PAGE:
In talking about faith shifting, Kathy Escobar notes how the process of unraveling can lead to severing from faith.
She notes that “Not everyone severs after Unraveling, but some do. This is when we walk away from faith altogether, either for a little while or possibly forever.” In writing more about severing, she remarks: “Some people sever from their former faith, some people don’t. Severing isn’t right or wrong, good or bad. It just is, and I’m grateful that my editors agreed on the importance of this stage, no matter how hard it is to talk about in so many Christian circles. Whether we agree with Severing or not, it’s real for so many. I feel passionately that it must be truly honored. Trying to control people’s faith experiences will just not help; it always backfires.”
As much as I appreciate how Escobar refuses to be judgmental with regard to people’s faith journey, I find it hard not to see severing as being generally negative. This is not to say that I can’t understand how severing from one’s faith community could be a good thing: Having been part of an unhealthy faith community, especially one in which shame was misused, might make severing a better option. However, as someone who believes that a relationship with and commitment to God is good for all people, I cannot help but understand severing as being a bad thing. I am thankful that Escobar allows space for that, even as she pushes us to acknowledge that severing happens.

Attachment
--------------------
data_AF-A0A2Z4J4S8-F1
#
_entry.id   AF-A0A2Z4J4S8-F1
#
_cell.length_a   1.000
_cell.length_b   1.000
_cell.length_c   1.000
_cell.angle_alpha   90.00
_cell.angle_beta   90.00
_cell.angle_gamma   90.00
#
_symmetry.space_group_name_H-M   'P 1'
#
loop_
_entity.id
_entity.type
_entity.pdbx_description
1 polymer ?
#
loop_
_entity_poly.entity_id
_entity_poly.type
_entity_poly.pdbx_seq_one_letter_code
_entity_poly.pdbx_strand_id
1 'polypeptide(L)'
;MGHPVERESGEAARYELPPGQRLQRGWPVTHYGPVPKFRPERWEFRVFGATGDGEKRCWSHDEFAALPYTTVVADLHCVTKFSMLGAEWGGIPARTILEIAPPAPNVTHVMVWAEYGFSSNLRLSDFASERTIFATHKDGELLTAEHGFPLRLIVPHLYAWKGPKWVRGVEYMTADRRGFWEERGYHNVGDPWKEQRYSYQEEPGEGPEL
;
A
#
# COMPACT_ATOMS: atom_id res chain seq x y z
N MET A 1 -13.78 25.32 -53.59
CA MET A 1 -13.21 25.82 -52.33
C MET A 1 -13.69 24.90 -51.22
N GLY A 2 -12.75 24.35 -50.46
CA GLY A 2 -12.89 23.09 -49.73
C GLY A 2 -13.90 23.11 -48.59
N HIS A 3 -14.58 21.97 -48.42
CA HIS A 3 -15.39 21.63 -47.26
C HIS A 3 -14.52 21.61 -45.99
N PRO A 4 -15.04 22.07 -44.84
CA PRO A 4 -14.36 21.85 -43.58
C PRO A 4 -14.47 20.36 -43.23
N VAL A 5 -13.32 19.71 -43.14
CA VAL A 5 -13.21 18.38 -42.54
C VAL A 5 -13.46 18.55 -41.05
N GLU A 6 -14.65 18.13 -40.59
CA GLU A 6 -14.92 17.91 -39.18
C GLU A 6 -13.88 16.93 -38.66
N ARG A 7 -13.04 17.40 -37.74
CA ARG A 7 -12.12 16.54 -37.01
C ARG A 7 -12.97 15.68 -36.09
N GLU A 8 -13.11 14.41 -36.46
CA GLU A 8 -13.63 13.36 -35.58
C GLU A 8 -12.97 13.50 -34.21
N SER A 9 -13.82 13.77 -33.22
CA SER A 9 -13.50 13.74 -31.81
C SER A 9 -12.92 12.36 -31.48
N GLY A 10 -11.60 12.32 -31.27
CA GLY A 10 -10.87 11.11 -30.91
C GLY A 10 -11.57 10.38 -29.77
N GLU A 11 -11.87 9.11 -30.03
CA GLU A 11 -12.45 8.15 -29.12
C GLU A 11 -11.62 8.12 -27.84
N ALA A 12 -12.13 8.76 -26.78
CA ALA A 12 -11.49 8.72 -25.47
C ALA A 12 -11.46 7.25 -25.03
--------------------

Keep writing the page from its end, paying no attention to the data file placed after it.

The question of whether people can walk away from faith is one that Reformed Christians have thought about a lot – thanks, at least in part, to the Canons of Dort.The Canons of Dort teach that once someone is saved, he or she can no longer turn away from faith (this is called perseverence of the saints). Because of this teaching, the idea of severing feels less problematic. I can make space for people to question honestly and search for God, knowing that I can trust that God will protect them and hold on to his saints. At the same time, there are stories of people who appear to have walked away from faith (see Ruth A Tucker’s, Walking away from Faith). Do we argue that those who seem to have walked away from faith actually didn’t walk away? Do we argue that their original faith wasn’t real faith? How much do we need to validate the words and experience of the person who has turned away from faith? None of those are easy questions, nor are there, I believe, easy answers. But we need to talk about these questions, along with asking what is absolutely necessary to believe for salvation. They are the sort of questions that, especially if there is no room to ask them, tend to prompt a faith shift.